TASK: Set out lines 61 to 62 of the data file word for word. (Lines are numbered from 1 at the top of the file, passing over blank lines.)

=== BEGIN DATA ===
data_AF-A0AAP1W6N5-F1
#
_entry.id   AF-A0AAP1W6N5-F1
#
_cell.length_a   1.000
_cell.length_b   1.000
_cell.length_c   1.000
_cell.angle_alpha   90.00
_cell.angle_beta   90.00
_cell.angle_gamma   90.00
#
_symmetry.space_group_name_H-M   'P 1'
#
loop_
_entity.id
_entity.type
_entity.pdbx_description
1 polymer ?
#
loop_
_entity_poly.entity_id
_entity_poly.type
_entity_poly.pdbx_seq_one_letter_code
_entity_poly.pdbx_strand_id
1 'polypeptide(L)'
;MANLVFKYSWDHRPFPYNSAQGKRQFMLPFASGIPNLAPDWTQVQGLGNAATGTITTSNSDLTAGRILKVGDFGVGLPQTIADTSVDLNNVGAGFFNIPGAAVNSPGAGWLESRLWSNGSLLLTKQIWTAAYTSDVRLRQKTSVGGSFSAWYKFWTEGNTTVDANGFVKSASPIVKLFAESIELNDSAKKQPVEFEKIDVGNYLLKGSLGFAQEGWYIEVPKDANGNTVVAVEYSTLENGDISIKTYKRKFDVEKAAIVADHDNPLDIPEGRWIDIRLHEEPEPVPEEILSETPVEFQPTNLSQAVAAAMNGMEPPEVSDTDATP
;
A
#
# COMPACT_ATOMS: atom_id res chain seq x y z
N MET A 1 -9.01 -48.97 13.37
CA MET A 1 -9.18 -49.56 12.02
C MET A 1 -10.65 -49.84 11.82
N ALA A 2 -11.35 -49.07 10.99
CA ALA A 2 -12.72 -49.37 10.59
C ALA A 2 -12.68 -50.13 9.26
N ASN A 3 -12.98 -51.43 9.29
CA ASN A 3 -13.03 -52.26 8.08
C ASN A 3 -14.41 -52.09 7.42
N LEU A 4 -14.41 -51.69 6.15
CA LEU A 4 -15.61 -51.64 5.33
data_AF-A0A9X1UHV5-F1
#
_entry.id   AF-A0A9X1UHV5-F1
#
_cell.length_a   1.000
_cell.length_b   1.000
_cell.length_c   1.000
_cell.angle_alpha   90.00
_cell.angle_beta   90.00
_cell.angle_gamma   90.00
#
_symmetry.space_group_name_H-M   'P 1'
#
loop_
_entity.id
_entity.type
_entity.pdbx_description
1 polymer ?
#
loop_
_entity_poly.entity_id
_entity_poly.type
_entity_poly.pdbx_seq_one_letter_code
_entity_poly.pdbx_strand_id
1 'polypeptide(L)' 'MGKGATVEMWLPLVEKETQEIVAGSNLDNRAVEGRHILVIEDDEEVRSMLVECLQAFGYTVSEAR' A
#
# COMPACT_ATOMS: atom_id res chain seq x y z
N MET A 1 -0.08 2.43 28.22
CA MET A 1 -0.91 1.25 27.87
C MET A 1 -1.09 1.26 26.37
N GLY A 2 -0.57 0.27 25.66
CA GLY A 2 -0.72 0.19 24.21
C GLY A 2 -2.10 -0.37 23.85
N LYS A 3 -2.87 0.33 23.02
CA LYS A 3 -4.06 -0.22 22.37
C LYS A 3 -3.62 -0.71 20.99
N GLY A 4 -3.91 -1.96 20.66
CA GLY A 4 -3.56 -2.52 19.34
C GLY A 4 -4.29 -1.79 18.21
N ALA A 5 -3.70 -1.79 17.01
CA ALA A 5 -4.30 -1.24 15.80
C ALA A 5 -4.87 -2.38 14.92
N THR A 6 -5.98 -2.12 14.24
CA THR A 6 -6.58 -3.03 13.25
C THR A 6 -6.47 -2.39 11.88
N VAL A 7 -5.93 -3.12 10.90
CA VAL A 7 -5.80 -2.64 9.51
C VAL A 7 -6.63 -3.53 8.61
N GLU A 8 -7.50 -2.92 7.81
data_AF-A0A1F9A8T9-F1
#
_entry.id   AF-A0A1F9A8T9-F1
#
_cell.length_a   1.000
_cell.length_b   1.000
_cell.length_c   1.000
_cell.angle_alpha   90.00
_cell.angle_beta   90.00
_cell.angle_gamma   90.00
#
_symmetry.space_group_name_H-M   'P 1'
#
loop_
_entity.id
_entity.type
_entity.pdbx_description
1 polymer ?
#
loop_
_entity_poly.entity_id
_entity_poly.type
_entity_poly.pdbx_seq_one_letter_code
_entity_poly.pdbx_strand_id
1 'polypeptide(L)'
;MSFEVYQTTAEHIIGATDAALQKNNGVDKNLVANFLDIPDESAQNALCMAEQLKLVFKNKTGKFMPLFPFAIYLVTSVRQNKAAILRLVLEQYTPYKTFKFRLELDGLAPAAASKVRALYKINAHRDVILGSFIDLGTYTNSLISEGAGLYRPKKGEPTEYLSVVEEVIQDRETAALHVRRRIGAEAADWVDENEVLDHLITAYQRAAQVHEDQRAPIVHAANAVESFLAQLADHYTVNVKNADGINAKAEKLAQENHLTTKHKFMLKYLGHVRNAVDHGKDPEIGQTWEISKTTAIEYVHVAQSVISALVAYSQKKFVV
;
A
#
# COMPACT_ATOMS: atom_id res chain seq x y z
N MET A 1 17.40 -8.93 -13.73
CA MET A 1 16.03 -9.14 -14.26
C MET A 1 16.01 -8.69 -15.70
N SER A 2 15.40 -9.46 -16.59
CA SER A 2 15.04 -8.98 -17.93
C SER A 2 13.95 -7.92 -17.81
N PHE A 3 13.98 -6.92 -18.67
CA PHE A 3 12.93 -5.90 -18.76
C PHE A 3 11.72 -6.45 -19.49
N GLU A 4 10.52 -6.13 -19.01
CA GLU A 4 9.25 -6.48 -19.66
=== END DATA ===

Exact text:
loop_
_entity_poly.entity_id